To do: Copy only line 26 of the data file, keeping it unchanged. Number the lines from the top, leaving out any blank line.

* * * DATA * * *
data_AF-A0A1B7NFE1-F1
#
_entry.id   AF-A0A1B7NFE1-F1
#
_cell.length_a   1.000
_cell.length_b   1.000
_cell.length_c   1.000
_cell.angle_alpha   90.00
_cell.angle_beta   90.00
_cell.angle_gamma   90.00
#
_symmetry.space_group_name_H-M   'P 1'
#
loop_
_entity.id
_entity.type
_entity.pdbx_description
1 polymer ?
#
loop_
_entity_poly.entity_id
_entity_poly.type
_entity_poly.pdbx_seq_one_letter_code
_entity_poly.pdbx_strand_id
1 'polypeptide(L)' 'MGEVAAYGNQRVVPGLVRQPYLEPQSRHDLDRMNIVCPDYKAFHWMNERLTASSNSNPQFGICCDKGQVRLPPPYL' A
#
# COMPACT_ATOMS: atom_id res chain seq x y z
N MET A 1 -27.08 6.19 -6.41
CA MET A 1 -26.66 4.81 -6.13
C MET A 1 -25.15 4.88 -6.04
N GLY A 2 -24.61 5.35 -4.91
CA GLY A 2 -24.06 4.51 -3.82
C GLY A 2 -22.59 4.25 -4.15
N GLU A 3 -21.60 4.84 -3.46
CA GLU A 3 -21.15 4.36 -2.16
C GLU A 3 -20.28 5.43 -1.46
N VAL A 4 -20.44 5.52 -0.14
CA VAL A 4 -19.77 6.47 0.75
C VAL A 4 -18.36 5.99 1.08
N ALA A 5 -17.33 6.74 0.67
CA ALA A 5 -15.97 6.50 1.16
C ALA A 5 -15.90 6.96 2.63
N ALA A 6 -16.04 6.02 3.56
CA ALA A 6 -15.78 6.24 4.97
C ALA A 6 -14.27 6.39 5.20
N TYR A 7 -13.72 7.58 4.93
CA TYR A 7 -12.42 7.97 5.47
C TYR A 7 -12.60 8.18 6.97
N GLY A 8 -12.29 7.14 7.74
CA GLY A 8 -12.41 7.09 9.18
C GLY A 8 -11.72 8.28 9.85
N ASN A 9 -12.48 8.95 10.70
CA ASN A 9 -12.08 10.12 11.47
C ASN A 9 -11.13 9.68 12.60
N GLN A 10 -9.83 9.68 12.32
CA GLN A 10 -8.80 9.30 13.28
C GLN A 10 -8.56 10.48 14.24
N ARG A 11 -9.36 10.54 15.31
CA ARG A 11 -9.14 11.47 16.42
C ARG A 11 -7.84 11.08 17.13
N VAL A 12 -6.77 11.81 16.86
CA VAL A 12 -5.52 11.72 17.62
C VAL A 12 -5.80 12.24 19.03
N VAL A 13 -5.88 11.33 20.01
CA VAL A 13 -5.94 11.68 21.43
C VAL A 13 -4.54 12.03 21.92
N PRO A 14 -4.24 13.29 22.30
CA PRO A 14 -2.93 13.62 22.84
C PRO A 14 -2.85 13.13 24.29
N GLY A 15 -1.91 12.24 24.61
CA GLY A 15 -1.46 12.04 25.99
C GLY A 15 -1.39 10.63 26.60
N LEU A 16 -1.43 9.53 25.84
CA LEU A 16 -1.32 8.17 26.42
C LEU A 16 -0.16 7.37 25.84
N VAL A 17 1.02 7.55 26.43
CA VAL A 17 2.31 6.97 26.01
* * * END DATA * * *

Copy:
#